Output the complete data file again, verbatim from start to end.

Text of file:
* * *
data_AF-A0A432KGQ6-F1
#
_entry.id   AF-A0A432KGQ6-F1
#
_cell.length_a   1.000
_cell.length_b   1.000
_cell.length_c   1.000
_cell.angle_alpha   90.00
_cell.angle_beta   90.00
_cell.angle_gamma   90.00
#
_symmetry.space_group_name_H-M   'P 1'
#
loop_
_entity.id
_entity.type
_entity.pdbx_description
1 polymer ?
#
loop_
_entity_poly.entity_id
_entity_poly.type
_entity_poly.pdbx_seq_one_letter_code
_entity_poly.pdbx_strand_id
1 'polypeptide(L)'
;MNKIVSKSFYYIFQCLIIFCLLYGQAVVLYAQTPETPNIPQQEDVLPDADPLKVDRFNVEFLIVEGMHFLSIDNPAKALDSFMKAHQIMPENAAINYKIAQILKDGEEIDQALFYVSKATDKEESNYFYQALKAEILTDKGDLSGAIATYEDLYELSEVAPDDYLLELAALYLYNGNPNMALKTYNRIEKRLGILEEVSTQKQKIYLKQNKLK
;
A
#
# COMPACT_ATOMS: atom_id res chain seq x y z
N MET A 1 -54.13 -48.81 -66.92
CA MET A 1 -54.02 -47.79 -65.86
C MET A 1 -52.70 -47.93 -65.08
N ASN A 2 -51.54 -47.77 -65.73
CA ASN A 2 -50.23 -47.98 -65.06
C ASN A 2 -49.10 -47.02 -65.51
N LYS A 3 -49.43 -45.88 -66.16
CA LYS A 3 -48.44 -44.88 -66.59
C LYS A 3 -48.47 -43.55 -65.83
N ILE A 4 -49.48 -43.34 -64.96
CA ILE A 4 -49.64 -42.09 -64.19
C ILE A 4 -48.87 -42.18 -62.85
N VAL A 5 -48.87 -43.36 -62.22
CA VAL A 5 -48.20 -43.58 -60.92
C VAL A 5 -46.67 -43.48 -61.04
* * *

data_AF-A0A432KGQ6-F1
#
_entry.id   AF-A0A432KGQ6-F1
#
_cell.length_a   1.000
_cell.length_b   1.000
_cell.length_c   1.000
_cell.angle_alpha   90.00
_cell.angle_beta   90.00
_cell.angle_gamma   90.00
#
_symmetry.space_group_name_H-M   'P 1'
#
loop_
_entity.id
_entity.type
_entity.pdbx_description
1 polymer ?
#
loop_
_entity_poly.entity_id
_entity_poly.type
_entity_poly.pdbx_seq_one_letter_code
_entity_poly.pdbx_strand_id
1 'polypeptide(L)'
;MNKIVSKSFYYIFQCLIIFCLLYGQAVVLYAQTPETPNIPQQEDVLPDADPLKVDRFNVEFLIVEGMHFLSIDNPAKALDSFMKAHQIMPENAAINYKIAQILKDGEEIDQALFYVSKATDKEESNYFYQALKAEILTDKGDLSGAIATYEDLYELSEVAPDDYLLELAALYLYNGNPNMALKTYNRIEKRLGILEEVSTQKQKIYLKQNKLK
;
A
#
# COMPACT_ATOMS: atom_id res chain seq x y z
N MET A 1 -54.13 -48.81 -66.92
CA MET A 1 -54.02 -47.79 -65.86
C MET A 1 -52.70 -47.93 -65.08
N ASN A 2 -51.54 -47.77 -65.73
CA ASN A 2 -50.23 -47.98 -65.06
C ASN A 2 -49.10 -47.02 -65.51
N LYS A 3 -49.43 -45.88 -66.16
CA LYS A 3 -48.44 -44.88 -66.59
C LYS A 3 -48.47 -43.55 -65.83
N ILE A 4 -49.48 -43.34 -64.96
CA ILE A 4 -49.64 -42.09 -64.19
C ILE A 4 -48.87 -42.18 -62.85
N VAL A 5 -48.87 -43.36 -62.22
CA VAL A 5 -48.20 -43.58 -60.92
C VAL A 5 -46.67 -43.48 -61.04